"The short answer is, "No,'" Dickey replied. He went on to cite another case, State vs. Gonzalez (which the Court of Appeals used to base its definition of "counselor" and, ultimately, its decision upon) to support his argument.
Dickey believes that the State agreed with Edouard's accusers, though what these women believed was "counseling" actually was not. He reiterated that Edouard was not providing mental health services. However, as Wiggins pointed out, the jury determined that Edouard was, in fact, counseling them. Dickey later argued that while the women may have thought they were getting mental health treatment, Edouard did not provide it.
Dickey closed by asking the court to affirm the Court of Appeals' ruling and reverse Edouard's conviction with prejudice.
Soich was given the opportunity for rebuttal. The Justices asked where the evidence was that the Edouard was providing mental health services. Soich pointed to testimony offered at trial. Some of the issues in which the women sought guidance from Edouard made Wiggins believe Edouard was simply offering advice.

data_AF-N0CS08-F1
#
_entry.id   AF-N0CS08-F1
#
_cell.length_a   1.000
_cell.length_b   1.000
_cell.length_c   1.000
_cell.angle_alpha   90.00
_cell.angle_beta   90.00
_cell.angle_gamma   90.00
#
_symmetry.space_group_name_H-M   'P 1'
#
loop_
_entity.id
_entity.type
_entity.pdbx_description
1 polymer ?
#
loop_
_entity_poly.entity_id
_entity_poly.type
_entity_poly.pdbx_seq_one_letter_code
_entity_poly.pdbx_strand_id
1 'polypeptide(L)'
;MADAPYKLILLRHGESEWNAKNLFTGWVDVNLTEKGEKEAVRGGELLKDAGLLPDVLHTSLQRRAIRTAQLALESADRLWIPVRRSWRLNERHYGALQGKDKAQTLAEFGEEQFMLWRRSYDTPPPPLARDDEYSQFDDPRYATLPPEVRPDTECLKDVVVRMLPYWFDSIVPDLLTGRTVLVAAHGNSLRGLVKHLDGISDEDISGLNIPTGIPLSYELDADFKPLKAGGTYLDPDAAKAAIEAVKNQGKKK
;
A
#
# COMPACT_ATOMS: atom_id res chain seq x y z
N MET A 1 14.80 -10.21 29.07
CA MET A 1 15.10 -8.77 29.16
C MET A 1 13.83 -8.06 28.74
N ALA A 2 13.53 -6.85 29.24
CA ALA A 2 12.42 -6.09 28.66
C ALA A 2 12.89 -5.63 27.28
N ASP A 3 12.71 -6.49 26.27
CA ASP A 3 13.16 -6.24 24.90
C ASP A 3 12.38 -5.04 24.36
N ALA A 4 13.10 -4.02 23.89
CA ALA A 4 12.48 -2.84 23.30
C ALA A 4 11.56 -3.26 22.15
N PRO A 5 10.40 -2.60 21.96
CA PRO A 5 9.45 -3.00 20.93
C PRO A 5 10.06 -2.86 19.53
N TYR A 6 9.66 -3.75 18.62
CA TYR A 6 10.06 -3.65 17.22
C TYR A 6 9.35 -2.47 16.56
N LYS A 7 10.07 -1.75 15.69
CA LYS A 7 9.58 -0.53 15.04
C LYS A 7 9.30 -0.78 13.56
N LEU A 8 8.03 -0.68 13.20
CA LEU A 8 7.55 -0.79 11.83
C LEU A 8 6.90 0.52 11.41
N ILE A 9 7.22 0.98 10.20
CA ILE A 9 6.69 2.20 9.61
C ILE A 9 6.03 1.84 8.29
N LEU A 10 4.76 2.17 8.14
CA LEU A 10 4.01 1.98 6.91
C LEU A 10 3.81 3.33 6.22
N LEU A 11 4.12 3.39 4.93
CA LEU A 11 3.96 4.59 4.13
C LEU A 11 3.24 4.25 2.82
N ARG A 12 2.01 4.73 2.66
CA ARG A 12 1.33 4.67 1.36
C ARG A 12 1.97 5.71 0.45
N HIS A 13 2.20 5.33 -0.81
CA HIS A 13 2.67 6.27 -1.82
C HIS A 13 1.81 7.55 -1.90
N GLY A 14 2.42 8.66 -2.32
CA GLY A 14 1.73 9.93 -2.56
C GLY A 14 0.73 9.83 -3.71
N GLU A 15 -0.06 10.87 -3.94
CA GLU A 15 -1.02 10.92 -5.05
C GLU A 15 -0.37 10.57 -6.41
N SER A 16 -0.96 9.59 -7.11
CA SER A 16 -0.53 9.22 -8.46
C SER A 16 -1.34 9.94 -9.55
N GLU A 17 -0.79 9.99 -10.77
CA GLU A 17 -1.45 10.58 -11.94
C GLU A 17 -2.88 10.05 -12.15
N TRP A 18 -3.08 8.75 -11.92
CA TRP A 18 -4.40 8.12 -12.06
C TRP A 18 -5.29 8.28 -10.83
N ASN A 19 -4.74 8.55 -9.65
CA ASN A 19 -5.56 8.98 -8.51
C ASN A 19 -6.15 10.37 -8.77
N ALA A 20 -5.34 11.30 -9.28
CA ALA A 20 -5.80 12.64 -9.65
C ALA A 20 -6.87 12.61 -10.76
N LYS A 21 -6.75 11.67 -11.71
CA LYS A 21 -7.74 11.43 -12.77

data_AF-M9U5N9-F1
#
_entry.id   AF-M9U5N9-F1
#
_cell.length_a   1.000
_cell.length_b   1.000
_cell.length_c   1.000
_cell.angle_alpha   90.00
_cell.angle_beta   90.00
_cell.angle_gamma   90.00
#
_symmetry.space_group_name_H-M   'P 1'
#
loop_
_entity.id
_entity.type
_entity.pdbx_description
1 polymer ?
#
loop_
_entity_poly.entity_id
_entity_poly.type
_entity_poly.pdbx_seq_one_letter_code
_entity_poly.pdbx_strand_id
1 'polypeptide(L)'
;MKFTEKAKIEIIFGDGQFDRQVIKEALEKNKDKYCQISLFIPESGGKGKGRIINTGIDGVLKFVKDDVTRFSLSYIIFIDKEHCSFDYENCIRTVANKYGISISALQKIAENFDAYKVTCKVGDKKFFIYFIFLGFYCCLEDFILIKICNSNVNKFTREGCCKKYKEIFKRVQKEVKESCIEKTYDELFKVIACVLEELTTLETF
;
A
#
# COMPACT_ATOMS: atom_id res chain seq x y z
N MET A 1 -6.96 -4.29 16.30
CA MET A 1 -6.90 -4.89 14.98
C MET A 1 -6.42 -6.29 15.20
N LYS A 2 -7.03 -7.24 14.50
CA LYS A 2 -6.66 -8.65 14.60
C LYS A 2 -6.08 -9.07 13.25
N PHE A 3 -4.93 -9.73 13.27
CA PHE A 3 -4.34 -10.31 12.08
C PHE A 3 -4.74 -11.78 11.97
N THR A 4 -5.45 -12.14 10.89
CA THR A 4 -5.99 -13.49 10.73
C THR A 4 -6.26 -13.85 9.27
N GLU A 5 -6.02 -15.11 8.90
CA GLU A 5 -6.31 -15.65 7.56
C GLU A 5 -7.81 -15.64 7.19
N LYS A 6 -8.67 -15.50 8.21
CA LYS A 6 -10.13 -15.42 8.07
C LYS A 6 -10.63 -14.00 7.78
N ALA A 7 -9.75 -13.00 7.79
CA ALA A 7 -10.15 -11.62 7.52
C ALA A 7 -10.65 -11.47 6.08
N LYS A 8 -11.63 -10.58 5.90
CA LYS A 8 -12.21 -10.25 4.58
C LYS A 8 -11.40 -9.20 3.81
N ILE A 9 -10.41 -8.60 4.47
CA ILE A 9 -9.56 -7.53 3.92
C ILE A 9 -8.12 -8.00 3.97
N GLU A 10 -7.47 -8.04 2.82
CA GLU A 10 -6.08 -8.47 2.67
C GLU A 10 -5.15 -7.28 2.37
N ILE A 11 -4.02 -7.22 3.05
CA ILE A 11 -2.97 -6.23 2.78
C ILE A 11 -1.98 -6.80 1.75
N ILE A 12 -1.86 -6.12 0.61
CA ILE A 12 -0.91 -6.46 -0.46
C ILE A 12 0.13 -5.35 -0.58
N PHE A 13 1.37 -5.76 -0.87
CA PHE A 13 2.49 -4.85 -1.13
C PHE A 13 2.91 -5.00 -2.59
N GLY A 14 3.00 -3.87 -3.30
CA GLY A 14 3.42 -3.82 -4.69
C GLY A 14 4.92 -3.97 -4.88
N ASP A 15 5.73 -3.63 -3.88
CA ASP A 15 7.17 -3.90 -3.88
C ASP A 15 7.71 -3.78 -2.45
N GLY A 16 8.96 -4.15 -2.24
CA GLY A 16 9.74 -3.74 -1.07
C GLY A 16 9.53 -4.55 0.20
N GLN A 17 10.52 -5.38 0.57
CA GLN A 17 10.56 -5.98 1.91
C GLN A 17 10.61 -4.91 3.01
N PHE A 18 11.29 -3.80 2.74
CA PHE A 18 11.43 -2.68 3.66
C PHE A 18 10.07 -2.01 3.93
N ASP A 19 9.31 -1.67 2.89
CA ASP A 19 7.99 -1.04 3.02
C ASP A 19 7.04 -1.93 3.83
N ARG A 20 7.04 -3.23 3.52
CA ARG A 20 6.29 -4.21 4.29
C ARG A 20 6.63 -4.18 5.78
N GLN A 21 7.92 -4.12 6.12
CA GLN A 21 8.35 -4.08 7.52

"I'm constantly giving advice around here," Wiggins said. "Where does that line go?"
Offering advice does not make one a mental health counselor, Soich said. The jury was given the tools to make the distinction between friendly advice and providing counseling. Mansfield suggested that the court had a higher burden and that clear lines have been set.
"I think the line is as clear as it can be," Soich said.
Chief Justice Mark Cady then closed oral arguments. The case has been submitted for review by the Supreme Court. A decision is forthcoming. We will report that decision as soon as it is received.